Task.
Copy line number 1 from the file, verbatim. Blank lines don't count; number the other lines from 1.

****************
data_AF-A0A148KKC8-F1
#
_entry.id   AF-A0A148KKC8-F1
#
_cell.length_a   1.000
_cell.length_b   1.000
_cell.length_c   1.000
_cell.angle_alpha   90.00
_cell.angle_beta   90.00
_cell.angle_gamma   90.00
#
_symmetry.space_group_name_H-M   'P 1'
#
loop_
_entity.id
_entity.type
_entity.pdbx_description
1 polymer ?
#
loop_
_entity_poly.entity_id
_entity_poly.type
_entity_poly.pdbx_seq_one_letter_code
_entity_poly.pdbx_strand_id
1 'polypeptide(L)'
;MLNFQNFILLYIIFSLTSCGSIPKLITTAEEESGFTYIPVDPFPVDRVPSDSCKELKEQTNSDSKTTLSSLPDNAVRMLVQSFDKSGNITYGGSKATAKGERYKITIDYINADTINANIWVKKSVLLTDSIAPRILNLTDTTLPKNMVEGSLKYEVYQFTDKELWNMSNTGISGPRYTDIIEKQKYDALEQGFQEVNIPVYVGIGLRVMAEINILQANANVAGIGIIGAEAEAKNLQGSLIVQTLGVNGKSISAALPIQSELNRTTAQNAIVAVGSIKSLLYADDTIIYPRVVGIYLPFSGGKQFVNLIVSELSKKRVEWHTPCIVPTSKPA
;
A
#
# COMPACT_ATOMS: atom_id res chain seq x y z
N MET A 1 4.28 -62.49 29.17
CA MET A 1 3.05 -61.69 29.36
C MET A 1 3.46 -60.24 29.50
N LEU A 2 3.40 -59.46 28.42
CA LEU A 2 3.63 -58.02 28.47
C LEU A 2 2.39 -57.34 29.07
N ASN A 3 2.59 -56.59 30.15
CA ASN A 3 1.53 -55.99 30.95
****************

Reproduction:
data_AF-A0A148KKC8-F1